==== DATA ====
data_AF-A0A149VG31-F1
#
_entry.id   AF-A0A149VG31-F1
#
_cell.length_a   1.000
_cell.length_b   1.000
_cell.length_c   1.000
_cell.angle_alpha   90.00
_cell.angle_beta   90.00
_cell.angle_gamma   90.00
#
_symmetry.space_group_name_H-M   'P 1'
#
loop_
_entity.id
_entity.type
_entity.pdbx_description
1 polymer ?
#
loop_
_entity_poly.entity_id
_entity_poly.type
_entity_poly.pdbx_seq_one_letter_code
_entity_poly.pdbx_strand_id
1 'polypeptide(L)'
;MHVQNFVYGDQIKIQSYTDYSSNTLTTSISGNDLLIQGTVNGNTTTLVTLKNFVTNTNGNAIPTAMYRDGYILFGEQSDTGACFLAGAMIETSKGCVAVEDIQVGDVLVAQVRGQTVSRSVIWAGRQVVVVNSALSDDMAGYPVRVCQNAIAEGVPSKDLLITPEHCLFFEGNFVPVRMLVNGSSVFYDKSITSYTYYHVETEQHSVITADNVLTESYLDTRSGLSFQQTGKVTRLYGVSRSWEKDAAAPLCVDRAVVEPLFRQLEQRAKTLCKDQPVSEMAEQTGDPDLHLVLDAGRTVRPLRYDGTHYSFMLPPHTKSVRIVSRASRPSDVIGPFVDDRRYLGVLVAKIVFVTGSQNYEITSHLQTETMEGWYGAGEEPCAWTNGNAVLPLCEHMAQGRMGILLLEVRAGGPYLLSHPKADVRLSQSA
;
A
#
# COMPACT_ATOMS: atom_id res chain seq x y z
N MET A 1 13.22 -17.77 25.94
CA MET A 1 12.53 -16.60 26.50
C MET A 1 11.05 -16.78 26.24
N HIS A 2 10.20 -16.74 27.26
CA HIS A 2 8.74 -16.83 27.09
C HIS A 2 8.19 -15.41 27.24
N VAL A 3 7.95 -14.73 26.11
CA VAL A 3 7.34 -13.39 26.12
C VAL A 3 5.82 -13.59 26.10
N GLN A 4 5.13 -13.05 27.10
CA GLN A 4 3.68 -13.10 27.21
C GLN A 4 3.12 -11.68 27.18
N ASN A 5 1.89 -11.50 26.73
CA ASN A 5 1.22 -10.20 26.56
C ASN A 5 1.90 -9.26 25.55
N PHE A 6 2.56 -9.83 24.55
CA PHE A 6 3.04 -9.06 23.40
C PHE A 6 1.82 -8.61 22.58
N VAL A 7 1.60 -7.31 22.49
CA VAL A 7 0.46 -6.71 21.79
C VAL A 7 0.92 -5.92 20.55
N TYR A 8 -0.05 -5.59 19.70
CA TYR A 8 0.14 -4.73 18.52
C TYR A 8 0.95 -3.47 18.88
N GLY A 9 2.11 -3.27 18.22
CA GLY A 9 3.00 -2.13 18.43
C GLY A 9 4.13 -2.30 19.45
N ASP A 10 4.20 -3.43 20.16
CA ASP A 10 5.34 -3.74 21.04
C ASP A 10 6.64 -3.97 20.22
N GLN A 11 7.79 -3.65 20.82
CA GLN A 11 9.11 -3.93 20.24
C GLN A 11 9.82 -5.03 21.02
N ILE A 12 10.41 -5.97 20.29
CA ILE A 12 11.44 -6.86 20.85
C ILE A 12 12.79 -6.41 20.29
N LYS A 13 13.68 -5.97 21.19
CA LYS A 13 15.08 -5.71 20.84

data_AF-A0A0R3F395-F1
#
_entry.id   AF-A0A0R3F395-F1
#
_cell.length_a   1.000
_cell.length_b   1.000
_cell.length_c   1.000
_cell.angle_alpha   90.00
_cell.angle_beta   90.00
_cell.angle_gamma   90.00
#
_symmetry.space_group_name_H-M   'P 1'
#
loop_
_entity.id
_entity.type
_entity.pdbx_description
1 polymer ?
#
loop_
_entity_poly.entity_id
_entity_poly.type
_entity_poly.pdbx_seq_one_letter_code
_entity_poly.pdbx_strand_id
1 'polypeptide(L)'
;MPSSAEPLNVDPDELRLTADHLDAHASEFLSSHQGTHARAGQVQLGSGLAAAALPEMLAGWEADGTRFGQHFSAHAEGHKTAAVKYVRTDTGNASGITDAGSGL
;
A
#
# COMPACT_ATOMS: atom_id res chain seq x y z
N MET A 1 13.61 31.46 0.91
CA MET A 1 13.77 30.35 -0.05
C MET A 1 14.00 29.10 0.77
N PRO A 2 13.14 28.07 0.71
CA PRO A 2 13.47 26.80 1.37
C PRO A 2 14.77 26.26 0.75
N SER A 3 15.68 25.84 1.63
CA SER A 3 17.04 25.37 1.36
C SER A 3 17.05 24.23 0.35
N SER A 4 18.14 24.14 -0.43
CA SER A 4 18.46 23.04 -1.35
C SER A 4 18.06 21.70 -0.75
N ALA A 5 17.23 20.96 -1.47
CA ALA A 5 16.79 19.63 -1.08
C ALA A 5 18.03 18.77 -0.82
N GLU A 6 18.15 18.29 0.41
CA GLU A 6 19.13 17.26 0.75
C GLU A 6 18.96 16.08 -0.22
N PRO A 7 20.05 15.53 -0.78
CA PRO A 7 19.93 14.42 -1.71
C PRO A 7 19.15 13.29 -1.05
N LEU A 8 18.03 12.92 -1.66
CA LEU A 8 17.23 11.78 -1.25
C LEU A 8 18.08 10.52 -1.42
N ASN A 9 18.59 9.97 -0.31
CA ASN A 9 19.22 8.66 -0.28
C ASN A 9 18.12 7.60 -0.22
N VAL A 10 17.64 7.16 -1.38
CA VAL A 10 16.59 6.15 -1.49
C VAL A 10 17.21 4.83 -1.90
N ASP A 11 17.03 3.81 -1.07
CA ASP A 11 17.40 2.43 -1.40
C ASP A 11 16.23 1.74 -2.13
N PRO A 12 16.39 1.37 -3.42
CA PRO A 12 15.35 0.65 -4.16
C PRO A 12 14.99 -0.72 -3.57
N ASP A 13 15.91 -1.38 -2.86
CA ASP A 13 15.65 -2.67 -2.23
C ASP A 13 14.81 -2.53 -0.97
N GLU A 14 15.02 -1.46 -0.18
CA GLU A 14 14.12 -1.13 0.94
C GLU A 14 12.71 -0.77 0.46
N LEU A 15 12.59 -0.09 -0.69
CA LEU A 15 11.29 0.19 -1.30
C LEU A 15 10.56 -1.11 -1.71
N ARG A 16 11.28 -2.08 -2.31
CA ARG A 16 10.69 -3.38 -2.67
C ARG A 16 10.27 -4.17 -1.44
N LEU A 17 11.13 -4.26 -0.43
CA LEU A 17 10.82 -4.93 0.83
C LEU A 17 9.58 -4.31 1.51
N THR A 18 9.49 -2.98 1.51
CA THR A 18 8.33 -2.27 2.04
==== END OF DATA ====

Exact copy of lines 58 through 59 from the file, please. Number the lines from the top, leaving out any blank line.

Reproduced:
N ASP A 10 4.20 -3.43 20.16
CA ASP A 10 5.34 -3.74 21.04